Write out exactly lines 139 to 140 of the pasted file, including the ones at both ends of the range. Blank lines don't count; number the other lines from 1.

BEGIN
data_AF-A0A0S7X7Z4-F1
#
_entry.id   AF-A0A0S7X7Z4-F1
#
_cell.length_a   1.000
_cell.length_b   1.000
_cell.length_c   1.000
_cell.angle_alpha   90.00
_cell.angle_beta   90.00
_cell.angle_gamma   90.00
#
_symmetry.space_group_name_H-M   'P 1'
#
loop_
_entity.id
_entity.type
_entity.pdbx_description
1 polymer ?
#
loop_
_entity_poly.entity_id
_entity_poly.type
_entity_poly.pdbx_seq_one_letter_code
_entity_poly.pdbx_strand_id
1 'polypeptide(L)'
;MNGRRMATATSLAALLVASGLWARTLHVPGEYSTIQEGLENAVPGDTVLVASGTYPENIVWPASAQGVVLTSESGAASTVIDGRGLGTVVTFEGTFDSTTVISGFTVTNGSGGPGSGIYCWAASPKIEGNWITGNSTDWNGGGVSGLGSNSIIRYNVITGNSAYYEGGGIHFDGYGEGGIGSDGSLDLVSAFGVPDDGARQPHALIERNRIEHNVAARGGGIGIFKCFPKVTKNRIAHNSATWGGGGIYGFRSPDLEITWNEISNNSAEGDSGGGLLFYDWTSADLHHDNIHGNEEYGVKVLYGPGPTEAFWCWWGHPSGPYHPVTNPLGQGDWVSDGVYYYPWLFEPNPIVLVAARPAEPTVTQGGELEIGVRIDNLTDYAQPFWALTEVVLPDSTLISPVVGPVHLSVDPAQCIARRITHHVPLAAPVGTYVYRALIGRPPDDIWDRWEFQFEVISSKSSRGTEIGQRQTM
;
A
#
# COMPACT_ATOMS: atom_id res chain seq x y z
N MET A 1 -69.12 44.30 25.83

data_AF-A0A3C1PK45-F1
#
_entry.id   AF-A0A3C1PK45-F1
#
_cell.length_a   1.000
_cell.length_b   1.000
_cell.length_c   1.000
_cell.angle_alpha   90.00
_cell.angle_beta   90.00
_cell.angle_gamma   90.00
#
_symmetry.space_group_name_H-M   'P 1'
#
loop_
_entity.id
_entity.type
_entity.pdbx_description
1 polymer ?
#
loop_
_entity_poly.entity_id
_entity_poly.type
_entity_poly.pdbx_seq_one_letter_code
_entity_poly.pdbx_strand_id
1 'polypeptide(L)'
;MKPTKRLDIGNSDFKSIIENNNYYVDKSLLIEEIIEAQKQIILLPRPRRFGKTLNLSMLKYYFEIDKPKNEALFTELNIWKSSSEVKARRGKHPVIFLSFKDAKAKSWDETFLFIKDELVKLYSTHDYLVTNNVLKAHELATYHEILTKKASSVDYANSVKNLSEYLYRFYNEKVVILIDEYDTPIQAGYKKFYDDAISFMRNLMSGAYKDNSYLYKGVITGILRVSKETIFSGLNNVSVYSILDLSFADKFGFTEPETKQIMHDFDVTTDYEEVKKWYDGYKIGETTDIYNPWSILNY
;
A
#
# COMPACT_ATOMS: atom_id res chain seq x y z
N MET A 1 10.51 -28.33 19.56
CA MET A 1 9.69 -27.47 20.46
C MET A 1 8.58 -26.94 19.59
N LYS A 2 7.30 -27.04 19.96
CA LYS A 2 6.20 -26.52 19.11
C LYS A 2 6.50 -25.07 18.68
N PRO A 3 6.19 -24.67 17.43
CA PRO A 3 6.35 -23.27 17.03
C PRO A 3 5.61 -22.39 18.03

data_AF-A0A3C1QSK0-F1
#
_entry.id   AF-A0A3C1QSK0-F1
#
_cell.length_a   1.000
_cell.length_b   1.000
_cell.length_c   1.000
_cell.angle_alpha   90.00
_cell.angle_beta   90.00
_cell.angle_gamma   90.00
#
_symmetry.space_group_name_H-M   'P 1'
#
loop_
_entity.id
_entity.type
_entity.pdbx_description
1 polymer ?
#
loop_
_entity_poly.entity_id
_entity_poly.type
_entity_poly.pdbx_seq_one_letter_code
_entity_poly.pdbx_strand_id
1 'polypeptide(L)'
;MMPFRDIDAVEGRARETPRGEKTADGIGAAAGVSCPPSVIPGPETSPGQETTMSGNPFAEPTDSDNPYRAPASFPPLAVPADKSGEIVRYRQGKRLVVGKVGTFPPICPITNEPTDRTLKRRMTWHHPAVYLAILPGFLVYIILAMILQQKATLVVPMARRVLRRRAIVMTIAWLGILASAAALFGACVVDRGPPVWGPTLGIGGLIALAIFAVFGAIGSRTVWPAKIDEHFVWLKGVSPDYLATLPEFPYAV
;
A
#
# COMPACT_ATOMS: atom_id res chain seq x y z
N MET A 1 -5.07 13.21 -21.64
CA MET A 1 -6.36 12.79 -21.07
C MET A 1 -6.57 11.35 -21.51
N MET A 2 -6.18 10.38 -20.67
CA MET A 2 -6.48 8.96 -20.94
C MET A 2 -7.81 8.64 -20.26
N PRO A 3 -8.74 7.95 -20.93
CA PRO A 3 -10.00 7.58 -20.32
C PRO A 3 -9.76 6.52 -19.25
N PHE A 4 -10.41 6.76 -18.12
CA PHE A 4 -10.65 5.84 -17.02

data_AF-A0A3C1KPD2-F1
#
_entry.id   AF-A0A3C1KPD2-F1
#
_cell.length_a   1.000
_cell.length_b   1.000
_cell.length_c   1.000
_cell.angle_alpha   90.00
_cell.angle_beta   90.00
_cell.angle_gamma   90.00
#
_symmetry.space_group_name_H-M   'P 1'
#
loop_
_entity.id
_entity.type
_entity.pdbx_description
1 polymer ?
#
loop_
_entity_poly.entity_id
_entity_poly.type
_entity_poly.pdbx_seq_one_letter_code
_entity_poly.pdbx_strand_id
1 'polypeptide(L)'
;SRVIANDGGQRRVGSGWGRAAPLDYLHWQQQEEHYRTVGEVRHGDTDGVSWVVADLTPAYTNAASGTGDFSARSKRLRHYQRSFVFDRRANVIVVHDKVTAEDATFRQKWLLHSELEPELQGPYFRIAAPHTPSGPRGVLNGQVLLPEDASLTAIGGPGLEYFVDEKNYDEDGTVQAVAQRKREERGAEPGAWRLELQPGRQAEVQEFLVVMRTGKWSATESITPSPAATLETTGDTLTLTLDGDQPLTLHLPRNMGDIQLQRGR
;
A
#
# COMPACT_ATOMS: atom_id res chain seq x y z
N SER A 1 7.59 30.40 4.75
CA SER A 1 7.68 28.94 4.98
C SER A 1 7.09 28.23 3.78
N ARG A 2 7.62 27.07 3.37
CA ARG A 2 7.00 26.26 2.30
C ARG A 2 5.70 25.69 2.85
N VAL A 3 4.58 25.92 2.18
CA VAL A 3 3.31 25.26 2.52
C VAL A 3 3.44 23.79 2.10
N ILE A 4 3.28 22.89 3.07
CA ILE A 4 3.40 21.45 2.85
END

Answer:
A
#